CRA workers vote in favour of strike action

Roughly 35,000 could be in legal strike position April 14

CRA workers vote in favour of strike action

Tax season is here, and workers at the Canada Revenue Agency (CRA) have just voted overwhelmingly in favour of taking strike action beginning this Friday.

About 35,000 workers represented by the Union of Taxation Employees (UTE) and the Public Service Alliance of Canada (PSAC) will be in a legal strike position April 14, according to PSAC.

“Our members have sent a strong message to CRA,” says Chris Aylward, PSAC national president. “Workers can’t wait, and we’re ready to show this government we won’t let workers fall behind.”

Workers at CRA have been without a contract for more than a year, and the government has yet to respond to the union’s wage proposals, according to the union.

After talks broke down, CRA employees held strike votes at the end of January.

“Our members are falling further behind as inflation soars and wages are stuck in neutral,” says Marc Brière, national president of the UTE, a component of PSAC. “We’ve negotiated in good faith, but our members have had enough. Our bills are mounting, and our families are feeling the pinch. And now, we’re going to show the government that workers won’t wait.”

“Tax season is here,” he says. “Going on strike is never our first choice. But securing a strong strike mandate now gives us the leverage we need to reach a fair and decent contract. And if we need to take job action to get the collective agreement our members deserve, that’s what we’re prepared to do.”

In December, PSAC announced it is filing a complaint around the federal government’s insistence on having hybrid work.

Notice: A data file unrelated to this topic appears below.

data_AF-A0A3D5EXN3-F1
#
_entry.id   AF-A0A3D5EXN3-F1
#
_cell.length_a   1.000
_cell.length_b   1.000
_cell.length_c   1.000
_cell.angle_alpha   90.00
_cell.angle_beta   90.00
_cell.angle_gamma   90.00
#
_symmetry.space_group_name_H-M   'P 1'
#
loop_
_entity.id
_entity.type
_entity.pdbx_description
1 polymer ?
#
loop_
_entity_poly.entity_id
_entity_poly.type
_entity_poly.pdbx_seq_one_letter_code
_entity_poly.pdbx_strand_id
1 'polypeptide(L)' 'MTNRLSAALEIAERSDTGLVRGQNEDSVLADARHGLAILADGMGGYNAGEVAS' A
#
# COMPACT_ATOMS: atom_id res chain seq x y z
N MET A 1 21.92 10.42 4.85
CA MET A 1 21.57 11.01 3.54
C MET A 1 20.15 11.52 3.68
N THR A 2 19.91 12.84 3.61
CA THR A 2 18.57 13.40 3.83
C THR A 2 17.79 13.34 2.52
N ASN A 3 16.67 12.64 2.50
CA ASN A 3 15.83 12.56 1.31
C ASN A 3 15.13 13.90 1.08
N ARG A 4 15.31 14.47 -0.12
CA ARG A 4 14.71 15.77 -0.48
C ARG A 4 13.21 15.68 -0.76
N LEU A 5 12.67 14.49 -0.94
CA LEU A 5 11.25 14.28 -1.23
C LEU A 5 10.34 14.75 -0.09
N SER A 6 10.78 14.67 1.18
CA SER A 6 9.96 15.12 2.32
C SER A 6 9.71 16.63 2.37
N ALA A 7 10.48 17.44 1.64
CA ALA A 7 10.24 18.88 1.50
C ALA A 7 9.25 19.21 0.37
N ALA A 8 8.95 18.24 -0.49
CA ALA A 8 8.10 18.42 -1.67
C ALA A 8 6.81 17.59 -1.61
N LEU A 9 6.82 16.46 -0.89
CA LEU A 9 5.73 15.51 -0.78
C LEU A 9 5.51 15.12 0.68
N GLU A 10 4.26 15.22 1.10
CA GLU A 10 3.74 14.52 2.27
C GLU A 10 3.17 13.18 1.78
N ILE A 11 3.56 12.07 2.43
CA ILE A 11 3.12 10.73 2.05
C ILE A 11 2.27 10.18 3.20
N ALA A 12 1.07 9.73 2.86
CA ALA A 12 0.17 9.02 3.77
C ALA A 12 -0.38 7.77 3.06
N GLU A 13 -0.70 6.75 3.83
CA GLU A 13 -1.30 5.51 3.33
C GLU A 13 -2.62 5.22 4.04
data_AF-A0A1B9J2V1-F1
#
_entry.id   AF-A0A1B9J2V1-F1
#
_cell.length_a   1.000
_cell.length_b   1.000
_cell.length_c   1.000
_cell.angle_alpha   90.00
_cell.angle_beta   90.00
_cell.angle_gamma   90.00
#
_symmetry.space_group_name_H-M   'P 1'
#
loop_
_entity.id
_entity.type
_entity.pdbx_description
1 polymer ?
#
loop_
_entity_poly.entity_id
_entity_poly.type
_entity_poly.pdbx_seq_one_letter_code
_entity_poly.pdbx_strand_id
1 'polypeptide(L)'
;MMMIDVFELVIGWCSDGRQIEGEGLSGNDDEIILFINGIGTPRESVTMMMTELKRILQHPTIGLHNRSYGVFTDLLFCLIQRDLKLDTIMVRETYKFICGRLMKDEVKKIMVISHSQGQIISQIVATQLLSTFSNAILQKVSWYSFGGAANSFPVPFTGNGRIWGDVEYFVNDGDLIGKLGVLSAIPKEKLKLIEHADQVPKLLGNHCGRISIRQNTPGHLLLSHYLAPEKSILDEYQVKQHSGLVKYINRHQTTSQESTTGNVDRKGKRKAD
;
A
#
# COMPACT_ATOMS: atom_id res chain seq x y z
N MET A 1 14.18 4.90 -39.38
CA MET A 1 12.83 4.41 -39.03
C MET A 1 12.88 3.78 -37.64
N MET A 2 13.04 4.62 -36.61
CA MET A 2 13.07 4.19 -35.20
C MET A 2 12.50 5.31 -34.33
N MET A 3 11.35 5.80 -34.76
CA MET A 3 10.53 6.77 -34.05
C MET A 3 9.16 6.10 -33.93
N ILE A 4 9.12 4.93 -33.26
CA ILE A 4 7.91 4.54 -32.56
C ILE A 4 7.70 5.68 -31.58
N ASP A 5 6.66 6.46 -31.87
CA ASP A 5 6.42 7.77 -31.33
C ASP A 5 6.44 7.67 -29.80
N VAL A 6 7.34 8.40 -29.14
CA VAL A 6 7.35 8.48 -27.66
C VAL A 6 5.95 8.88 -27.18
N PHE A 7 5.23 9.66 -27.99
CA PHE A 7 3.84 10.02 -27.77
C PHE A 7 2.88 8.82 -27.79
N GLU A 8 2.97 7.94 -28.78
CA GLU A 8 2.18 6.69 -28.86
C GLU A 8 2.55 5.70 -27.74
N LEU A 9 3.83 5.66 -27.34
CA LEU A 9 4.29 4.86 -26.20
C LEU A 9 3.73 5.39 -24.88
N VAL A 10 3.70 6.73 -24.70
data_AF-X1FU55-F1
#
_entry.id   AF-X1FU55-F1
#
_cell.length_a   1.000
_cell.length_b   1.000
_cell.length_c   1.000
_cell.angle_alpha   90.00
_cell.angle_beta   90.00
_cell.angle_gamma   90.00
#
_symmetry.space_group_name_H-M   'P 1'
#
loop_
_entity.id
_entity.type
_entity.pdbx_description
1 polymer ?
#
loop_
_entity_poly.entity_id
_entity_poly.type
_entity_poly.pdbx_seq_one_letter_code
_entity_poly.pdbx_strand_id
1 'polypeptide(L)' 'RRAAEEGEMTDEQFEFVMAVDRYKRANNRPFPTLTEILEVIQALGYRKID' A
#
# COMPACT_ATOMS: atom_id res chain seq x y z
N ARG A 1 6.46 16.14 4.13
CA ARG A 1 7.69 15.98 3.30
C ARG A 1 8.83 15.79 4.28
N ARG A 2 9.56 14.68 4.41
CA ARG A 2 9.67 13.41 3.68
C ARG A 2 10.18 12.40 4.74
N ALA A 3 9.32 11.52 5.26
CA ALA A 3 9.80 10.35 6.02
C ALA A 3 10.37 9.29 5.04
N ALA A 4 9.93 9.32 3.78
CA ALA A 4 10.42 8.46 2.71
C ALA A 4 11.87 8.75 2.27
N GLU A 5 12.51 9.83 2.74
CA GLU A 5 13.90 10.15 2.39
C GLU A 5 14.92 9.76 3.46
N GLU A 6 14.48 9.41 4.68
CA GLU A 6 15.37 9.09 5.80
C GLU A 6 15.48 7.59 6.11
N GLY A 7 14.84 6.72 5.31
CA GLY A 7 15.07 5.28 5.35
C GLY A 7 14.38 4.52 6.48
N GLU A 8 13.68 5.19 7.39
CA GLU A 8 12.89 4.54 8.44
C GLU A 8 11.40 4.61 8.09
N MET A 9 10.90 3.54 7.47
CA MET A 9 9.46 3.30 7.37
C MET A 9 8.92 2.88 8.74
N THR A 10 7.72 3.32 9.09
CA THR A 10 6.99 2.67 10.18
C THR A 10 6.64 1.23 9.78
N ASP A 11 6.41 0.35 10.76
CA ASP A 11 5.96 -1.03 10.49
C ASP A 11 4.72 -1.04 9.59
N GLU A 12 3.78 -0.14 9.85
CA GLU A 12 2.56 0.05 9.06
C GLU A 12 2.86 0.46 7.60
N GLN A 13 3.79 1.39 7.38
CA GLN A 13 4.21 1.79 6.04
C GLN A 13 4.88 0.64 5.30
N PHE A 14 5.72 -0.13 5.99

Final negotiations

A final round of negotiations has been set for April 17-20 between PSAC and CRA, and the government agency’s priority is reaching a deal at the bargaining table.

“We are confident that the parties will find many areas of potential compromise and trade-off, through honest discussions and concessions by both sides, during the upcoming negotiations,” the CRA says.

“The CRA is committed to doing everything it can to resolve this labour dispute, to resume negotiations and to continue to bargain in good faith and make every reasonable effort to reach an agreement at the bargaining table that is both fair to employees and reasonable for taxpayers.”

In December, the Auditor General of Canada found that tens of thousands of Canadian employers that received the Canada Emergency Wage Subsidy (CEWS) were ineligible for the government benefit. It stated that 51,049 employers received $9.87 billion in CEWS payments even though their monthly GST/HST filings “did not demonstrate a sufficient revenue drop to be eligible for this subsidy.”

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